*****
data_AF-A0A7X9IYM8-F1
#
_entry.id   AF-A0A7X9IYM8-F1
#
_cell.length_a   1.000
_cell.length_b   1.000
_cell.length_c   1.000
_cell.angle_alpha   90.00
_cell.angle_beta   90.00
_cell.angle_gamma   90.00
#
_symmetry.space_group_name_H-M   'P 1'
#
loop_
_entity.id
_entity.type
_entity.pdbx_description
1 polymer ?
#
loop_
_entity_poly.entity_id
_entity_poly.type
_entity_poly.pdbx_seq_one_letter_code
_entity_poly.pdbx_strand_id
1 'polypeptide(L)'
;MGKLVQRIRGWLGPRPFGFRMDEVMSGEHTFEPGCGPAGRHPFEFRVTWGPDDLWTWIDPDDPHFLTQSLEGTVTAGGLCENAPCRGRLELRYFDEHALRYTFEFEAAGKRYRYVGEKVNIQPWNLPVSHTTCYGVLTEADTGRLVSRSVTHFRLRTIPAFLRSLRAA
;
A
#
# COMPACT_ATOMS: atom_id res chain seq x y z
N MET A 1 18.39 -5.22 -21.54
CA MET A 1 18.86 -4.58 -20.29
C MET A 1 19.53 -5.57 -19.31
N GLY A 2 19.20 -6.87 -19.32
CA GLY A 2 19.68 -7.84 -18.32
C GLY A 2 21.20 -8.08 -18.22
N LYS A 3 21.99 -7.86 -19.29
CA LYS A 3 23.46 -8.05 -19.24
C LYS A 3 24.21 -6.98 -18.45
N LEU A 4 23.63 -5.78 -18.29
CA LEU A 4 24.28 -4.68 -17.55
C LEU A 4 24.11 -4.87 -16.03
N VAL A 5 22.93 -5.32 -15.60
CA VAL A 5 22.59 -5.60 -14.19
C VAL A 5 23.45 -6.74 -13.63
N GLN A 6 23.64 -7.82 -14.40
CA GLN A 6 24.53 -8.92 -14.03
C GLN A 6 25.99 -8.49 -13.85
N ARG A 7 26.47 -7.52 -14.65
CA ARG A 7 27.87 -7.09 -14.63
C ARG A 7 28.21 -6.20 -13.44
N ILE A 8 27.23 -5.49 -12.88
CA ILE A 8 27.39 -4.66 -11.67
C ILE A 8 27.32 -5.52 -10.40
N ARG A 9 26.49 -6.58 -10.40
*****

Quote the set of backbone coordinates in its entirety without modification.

data_AF-A0A7X9IYM8-F1
#
_entry.id   AF-A0A7X9IYM8-F1
#
_cell.length_a   1.000
_cell.length_b   1.000
_cell.length_c   1.000
_cell.angle_alpha   90.00
_cell.angle_beta   90.00
_cell.angle_gamma   90.00
#
_symmetry.space_group_name_H-M   'P 1'
#
loop_
_entity.id
_entity.type
_entity.pdbx_description
1 polymer ?
#
loop_
_entity_poly.entity_id
_entity_poly.type
_entity_poly.pdbx_seq_one_letter_code
_entity_poly.pdbx_strand_id
1 'polypeptide(L)'
;MGKLVQRIRGWLGPRPFGFRMDEVMSGEHTFEPGCGPAGRHPFEFRVTWGPDDLWTWIDPDDPHFLTQSLEGTVTAGGLCENAPCRGRLELRYFDEHALRYTFEFEAAGKRYRYVGEKVNIQPWNLPVSHTTCYGVLTEADTGRLVSRSVTHFRLRTIPAFLRSLRAA
;
A
#
# COMPACT_ATOMS: atom_id res chain seq x y z
N MET A 1 18.39 -5.22 -21.54
CA MET A 1 18.86 -4.58 -20.29
C MET A 1 19.53 -5.57 -19.31
N GLY A 2 19.20 -6.87 -19.32
CA GLY A 2 19.68 -7.84 -18.32
C GLY A 2 21.20 -8.08 -18.22
N LYS A 3 21.99 -7.86 -19.29
CA LYS A 3 23.46 -8.05 -19.24
C LYS A 3 24.21 -6.98 -18.45
N LEU A 4 23.63 -5.78 -18.29
CA LEU A 4 24.28 -4.68 -17.55
C LEU A 4 24.11 -4.87 -16.03
N VAL A 5 22.93 -5.32 -15.60
CA VAL A 5 22.59 -5.60 -14.19
C VAL A 5 23.45 -6.74 -13.63
N GLN A 6 23.64 -7.82 -14.40
CA GLN A 6 24.53 -8.92 -14.03
C GLN A 6 25.99 -8.49 -13.85
N ARG A 7 26.47 -7.52 -14.65
CA ARG A 7 27.87 -7.09 -14.63
C ARG A 7 28.21 -6.20 -13.44
N ILE A 8 27.23 -5.49 -12.88
CA ILE A 8 27.39 -4.66 -11.67
C ILE A 8 27.32 -5.52 -10.40
N ARG A 9 26.49 -6.58 -10.40